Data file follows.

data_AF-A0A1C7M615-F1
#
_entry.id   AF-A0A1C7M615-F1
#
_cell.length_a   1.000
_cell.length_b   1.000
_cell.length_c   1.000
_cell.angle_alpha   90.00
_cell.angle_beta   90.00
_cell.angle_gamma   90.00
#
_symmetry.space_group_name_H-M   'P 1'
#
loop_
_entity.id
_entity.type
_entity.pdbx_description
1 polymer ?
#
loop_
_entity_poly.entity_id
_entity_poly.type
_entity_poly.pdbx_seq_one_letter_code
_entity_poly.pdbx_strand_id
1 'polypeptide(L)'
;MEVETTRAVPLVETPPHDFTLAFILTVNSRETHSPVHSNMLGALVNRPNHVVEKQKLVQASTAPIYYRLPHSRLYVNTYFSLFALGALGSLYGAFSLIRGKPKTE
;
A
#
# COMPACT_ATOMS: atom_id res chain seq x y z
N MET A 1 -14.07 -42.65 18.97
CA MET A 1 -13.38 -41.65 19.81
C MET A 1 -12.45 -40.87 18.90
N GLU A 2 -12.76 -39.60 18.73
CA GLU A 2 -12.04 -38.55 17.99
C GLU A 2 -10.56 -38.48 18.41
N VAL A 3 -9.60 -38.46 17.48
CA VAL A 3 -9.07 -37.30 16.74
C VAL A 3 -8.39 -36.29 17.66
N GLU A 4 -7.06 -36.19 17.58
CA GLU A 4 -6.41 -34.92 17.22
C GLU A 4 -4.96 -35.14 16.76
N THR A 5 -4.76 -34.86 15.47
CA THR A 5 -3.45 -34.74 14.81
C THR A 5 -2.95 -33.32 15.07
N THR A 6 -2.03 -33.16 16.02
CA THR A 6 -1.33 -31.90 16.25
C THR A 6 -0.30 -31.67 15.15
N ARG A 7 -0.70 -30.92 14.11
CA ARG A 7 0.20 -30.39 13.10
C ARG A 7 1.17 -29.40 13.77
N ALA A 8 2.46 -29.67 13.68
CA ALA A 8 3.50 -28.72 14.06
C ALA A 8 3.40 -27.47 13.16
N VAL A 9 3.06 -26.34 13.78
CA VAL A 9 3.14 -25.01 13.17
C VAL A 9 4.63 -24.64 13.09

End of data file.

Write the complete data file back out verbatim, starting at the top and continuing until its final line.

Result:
data_AF-A0A1C7M615-F1
#
_entry.id   AF-A0A1C7M615-F1
#
_cell.length_a   1.000
_cell.length_b   1.000
_cell.length_c   1.000
_cell.angle_alpha   90.00
_cell.angle_beta   90.00
_cell.angle_gamma   90.00
#
_symmetry.space_group_name_H-M   'P 1'
#
loop_
_entity.id
_entity.type
_entity.pdbx_description
1 polymer ?
#
loop_
_entity_poly.entity_id
_entity_poly.type
_entity_poly.pdbx_seq_one_letter_code
_entity_poly.pdbx_strand_id
1 'polypeptide(L)'
;MEVETTRAVPLVETPPHDFTLAFILTVNSRETHSPVHSNMLGALVNRPNHVVEKQKLVQASTAPIYYRLPHSRLYVNTYFSLFALGALGSLYGAFSLIRGKPKTE
;
A
#
# COMPACT_ATOMS: atom_id res chain seq x y z
N MET A 1 -14.07 -42.65 18.97
CA MET A 1 -13.38 -41.65 19.81
C MET A 1 -12.45 -40.87 18.90
N GLU A 2 -12.76 -39.60 18.73
CA GLU A 2 -12.04 -38.55 17.99
C GLU A 2 -10.56 -38.48 18.41
N VAL A 3 -9.60 -38.46 17.48
CA VAL A 3 -9.07 -37.30 16.74
C VAL A 3 -8.39 -36.29 17.66
N GLU A 4 -7.06 -36.19 17.58
CA GLU A 4 -6.41 -34.92 17.22
C GLU A 4 -4.96 -35.14 16.76
N THR A 5 -4.76 -34.86 15.47
CA THR A 5 -3.45 -34.74 14.81
C THR A 5 -2.95 -33.32 15.07
N THR A 6 -2.03 -33.16 16.02
CA THR A 6 -1.33 -31.90 16.25
C THR A 6 -0.30 -31.67 15.15
N ARG A 7 -0.70 -30.92 14.11
CA ARG A 7 0.20 -30.39 13.10
C ARG A 7 1.17 -29.40 13.77
N ALA A 8 2.46 -29.67 13.68
CA ALA A 8 3.50 -28.72 14.06
C ALA A 8 3.40 -27.47 13.16
N VAL A 9 3.06 -26.34 13.78
CA VAL A 9 3.14 -25.01 13.17
C VAL A 9 4.63 -24.64 13.09